Details of the mantis shrimp research were published in the journal Nature Photonics.
Update, 24 January 2014: more recent research shows that the mantis shrimp are not especially good at fine distinctions in colour. It’s important to note that colour vision requires not only the right eye design to pick up light signals but also the brain to process these signals. Our own ability to discern different colours is the result of our brains processing the relative intensity of the signals from the three types of colour receptors. E.g. yellow light stimulates both the red and green receptors, which is why TV and computer screens can simulate yellow with tiny red and green pixels shining together. A small change in the shade results in a slightly different intensity ratio. This three-pigment system combined with brain processing enables very fine colour discernment.
The mantis shrimp eye is designed instead to identify only the basic colours, but to do so speedily and with minimal requirements on its shrimpy brain. Its 12 different photoreceptors are arranged in a sequence, and when the eye scans an object with a sweeping motion of its eyes, the image will be picked up by different receptors that will respond differently. The colour is determined by the sequence of responses instead of intensity comparisons.
All the same, this is still an intricate design, and Dr Marshall says “I tried to convince NASA that they designed satellites wrong and should be using the [mantis shrimp] design for their sensors.” He also thinks it could be good for DVD technology. While normal DVDs use a red lasers, and Blu-Ray disks use a blue laser, “Mantis shrimp could inspire a ‘rainbow ray’ disc, where information can be packed into the entire spectrum. It would allow a lot more data to be stored in the same amount of space.”3
- Prawn of a new era, Sunday Telegraph, 16 September 2001. Return to text.
- Marshall, N.J. and Oberwinkler, J., The colourful world of the mantis shrimp, Nature 401(6756):873–874, 1999; this shrimp was Neogonodactylus oerstedii. Return to text.
- Cronin, T.W., Marshall, N.J., Caldwell, R.L., Tunable colour vision in a mantis shrimp, Nature 411(6837):547–548, 2001; this shrimp was Haptosquilla trispinosa. Long wavelength light such as red is absorbed more than short wavelengths like blue, so very little red reaches the shrimps in deep water, so its filters are tuned to shorter wavelengths. Return to text.
- Ceurstemong, Sandrine, Satellite-life eyes give mantis shrimp unique vision, New Scientist 23 January 2014; after Science | DOI:10. 1126/science.1245824.Return to text.
- Weston, P., Creation’s crustaceans, Creation 23(3):10–13, 2001; creation.com/crust. Return to text.
- Sanders, R., Mantis shrimp may have swiftest kick in the animal kingdom, UCBerkeley News, www.berkeley.edu/news/media/releases/2004/04/21_shrimp.shtml, 21 April 2004. Return to text.
- Patek, S.N., Korff, W.L. and Caldwell, R.L., Deadly strike mechanism of a mantis shrimp, Nature 428(6985):819, 22 April 2004. Return to text.
- Patek, S.N. and Caldwell, R.L., Extreme impact and cavitation forces of a biological hammer: strike forces of the peacock mantis shrimp Odontodactylus scyllarus, Journal of Experimental Biology 208:3655–3664, 2005. Cavitation is somewhat like boiling. Even non-boiling liquids have some molecules escaping as gas, and some of these molecules return to the liquid. At equilibrium, the gas has a certain vapour pressure. Boiling occurs when the liquid is hot enough to raise its vapour pressure above atmospheric pressure. At high altitude, it takes a lower temperature to boil because the atmospheric pressure. Cavitation takes this a step further: the fast flow of a liquid lowers the pressure by the Bernoulli effect, and when the pressure drops below the vapour pressure, bubbles of vapour are produced. Shallow water is worse because there is less pressure from the weight of the liquid. The damage is caused when the bubble bursts, since the pressure of the surrounding liquid is very high for small bubbles (inversely proportional to the radius). Return to text.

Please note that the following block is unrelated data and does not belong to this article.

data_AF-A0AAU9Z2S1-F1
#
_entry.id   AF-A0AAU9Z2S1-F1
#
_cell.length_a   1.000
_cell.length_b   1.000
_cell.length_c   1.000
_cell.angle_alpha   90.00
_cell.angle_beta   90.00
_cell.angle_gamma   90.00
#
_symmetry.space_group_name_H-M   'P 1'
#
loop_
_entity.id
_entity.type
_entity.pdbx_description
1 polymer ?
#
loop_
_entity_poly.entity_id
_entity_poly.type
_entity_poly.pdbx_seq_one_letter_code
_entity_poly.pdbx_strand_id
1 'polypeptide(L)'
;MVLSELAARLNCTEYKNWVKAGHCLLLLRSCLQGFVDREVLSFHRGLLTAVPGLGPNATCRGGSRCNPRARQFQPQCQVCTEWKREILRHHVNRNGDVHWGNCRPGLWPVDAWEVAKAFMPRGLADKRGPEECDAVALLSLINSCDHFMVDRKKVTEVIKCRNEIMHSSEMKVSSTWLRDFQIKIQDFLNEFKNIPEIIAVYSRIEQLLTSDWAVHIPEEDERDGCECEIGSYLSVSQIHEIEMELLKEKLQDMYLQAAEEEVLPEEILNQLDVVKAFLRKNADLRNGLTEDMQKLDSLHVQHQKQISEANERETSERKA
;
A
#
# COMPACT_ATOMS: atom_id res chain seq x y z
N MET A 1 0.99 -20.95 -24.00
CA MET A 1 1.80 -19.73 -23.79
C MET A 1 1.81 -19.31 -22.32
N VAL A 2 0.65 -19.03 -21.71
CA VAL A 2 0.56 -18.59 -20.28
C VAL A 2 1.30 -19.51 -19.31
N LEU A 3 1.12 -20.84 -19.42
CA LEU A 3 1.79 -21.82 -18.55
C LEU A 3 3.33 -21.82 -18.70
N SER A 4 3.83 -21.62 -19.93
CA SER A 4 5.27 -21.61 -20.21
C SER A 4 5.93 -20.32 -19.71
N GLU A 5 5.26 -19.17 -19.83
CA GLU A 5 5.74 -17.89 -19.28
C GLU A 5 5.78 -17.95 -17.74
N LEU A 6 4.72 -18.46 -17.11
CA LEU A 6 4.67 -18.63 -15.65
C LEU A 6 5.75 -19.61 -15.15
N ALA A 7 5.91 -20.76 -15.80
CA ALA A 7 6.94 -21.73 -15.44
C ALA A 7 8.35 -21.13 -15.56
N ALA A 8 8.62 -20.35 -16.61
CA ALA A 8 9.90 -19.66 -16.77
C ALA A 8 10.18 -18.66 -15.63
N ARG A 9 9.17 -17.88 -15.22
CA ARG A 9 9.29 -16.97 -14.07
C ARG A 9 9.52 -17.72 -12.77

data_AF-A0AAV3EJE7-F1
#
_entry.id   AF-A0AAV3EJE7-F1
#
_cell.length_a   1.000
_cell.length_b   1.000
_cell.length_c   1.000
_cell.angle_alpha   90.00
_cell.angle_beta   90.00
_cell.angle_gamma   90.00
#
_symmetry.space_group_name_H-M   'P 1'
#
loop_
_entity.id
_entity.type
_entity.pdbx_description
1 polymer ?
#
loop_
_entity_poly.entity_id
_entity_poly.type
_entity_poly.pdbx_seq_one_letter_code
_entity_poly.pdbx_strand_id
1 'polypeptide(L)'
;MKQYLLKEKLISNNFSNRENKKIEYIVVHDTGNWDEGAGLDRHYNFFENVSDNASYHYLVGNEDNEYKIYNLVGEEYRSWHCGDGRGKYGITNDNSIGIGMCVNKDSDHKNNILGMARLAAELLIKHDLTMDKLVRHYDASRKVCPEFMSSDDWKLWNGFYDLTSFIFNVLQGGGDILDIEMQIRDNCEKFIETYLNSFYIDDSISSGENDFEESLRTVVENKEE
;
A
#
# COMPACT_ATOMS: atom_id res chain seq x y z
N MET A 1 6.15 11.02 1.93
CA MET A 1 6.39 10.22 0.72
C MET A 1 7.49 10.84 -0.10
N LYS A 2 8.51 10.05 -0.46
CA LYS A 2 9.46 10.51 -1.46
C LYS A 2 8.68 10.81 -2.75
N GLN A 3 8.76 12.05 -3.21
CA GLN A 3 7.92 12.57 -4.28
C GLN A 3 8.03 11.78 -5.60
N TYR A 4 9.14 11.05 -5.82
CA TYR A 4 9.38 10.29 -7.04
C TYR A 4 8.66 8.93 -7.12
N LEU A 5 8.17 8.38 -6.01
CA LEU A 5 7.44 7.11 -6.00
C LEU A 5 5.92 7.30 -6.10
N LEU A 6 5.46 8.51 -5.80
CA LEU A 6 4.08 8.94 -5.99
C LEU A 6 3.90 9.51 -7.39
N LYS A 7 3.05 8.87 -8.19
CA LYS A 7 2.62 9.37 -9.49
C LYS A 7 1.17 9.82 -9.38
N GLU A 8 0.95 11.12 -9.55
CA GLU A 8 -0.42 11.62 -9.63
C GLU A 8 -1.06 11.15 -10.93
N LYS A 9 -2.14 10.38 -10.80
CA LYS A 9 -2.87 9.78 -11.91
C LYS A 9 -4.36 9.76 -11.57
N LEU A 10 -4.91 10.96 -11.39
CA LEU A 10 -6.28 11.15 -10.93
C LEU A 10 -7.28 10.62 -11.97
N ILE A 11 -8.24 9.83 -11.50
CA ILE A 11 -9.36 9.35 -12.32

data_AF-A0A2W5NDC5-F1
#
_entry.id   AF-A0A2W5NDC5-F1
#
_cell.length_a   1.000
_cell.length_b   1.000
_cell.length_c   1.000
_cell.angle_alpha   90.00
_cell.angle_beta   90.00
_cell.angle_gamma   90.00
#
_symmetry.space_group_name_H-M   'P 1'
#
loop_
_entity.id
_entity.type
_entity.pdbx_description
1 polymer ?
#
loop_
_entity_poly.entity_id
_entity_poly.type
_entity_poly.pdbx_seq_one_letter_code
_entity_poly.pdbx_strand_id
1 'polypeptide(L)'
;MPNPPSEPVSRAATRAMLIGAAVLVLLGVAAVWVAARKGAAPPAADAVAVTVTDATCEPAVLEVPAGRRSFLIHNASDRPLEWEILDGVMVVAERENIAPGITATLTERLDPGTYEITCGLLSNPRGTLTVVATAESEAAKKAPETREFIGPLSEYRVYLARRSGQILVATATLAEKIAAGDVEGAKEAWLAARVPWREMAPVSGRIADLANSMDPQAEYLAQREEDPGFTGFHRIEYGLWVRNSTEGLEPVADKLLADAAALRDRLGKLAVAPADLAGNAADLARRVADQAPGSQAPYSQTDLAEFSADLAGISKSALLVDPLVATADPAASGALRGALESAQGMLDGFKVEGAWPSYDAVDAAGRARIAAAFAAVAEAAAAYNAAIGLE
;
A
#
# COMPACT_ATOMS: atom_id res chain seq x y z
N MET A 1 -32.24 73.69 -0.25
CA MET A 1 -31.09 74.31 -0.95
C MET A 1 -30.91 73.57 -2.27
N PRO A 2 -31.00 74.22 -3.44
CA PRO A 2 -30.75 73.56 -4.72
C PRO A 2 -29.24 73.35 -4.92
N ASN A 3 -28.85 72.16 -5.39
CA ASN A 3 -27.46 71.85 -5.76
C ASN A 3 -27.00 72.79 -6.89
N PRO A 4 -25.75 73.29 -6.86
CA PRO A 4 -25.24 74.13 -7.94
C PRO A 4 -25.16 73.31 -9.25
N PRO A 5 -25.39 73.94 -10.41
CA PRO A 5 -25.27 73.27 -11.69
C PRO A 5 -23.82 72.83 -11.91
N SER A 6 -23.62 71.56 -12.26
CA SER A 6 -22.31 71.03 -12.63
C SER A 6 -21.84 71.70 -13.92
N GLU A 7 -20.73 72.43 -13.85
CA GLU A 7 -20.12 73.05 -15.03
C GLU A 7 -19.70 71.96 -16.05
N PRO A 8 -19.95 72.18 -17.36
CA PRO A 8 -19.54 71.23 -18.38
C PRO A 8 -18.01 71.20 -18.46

- As long as the water was fast (over 30 m/s, 70 mph) and shallow (under 10 m or 30 feet deep); Cardno, S. and Wieland, C., Clouds, coins and creation: An airport encounter with professional scientist and creationist Dr Edmond Holroyd, Creation 20(1):22–23, 1997; creation.com/holroyd. Return to text.
- ‘Some insects normally show no signs of painful experience at all. A dragonfly, for example, may eat much of its own abdomen if its tail end is brought into the mouthparts. Removal of part of the abdomen of a honeybee does not stop the animal’s feeding. If the head of a blow-fly (Phormia) is cut off, it nevertheless stretches its tubular feeding organ (proboscis) and begins to suck if its chemoreceptors (labellae) are brought in touch with a sugar solution; the ingested solution simply flows out at the severed neck.’ ‘Sensory Reception: Mechanoreception’, Encyclopædia Britannica (Electronic edition on CD). Return to text.
- See also Batten, D. (Ed.), Catchpoole, D., Sarfati, J. and Wieland, C., The Creation Answers Book, chapter 6, Creation Book Publishers, USA; and Q&A: Death and Suffering, creation.com/curse. Return to text.